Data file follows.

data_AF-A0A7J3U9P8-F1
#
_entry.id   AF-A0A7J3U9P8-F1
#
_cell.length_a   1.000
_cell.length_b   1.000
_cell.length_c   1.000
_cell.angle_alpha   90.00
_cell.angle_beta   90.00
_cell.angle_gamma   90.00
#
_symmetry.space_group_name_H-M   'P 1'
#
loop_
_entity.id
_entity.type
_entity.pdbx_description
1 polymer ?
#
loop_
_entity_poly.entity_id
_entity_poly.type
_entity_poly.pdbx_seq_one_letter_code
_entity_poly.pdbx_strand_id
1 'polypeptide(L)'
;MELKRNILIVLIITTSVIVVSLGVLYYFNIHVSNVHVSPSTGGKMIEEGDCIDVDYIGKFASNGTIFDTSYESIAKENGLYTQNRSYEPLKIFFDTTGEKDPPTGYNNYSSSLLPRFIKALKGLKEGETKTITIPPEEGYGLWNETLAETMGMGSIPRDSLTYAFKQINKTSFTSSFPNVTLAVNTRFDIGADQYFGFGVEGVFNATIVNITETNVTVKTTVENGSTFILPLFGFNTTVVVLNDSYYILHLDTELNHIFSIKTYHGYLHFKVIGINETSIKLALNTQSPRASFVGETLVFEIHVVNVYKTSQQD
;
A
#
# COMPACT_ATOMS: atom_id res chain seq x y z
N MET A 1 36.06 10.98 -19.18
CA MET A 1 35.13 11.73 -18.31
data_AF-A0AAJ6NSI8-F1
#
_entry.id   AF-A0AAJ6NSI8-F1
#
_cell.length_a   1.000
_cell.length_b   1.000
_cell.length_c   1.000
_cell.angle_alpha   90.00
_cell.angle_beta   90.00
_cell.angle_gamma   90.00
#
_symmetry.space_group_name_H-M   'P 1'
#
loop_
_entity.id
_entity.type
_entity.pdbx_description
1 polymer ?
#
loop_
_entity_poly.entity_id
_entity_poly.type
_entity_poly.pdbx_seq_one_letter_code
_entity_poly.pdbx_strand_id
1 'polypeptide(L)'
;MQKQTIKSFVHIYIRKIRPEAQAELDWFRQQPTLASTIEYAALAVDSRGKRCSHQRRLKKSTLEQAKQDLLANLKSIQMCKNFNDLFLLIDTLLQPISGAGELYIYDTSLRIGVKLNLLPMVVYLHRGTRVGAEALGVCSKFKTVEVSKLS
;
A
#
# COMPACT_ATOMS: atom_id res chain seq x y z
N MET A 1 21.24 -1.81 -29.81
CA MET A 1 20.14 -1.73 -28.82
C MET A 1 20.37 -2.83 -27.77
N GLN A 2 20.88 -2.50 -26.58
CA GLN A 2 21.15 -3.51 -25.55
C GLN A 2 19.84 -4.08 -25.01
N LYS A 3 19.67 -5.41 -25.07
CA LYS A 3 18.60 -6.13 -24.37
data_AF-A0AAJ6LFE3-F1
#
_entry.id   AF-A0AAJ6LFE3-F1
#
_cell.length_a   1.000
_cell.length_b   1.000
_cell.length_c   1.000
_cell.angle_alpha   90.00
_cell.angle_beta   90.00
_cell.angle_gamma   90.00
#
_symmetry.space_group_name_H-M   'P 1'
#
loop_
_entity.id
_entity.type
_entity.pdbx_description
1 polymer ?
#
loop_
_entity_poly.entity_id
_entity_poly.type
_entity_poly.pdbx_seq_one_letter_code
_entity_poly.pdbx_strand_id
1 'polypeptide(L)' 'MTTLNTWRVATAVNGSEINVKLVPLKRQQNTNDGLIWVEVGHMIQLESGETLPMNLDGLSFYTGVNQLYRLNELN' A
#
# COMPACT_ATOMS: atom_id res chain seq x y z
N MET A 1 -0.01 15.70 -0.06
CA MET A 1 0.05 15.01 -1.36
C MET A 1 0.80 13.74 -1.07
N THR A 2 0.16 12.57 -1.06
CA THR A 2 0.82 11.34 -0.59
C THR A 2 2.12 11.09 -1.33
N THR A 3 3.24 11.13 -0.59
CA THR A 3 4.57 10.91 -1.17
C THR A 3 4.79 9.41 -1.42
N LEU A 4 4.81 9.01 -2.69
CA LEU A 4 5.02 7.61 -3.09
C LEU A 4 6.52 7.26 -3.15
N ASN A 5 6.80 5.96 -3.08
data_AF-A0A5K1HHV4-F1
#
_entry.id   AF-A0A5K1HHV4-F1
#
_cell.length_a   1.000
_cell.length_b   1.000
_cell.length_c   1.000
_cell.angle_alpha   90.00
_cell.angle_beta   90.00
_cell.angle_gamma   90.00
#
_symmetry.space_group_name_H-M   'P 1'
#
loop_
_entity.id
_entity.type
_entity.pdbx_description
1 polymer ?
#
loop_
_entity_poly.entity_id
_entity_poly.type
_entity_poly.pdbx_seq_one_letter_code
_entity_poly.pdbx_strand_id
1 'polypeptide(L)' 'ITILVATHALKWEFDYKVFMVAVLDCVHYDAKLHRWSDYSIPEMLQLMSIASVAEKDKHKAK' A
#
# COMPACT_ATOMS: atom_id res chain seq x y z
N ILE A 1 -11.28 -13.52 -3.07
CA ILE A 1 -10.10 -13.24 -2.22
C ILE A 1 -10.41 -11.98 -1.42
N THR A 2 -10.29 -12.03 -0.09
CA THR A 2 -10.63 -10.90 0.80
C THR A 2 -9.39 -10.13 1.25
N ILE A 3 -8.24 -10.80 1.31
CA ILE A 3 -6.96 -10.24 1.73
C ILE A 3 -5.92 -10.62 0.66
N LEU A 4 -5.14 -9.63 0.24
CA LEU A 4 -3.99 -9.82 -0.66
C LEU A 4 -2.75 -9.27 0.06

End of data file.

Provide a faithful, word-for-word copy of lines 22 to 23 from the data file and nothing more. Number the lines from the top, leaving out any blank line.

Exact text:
_entity_poly.type
_entity_poly.pdbx_seq_one_letter_code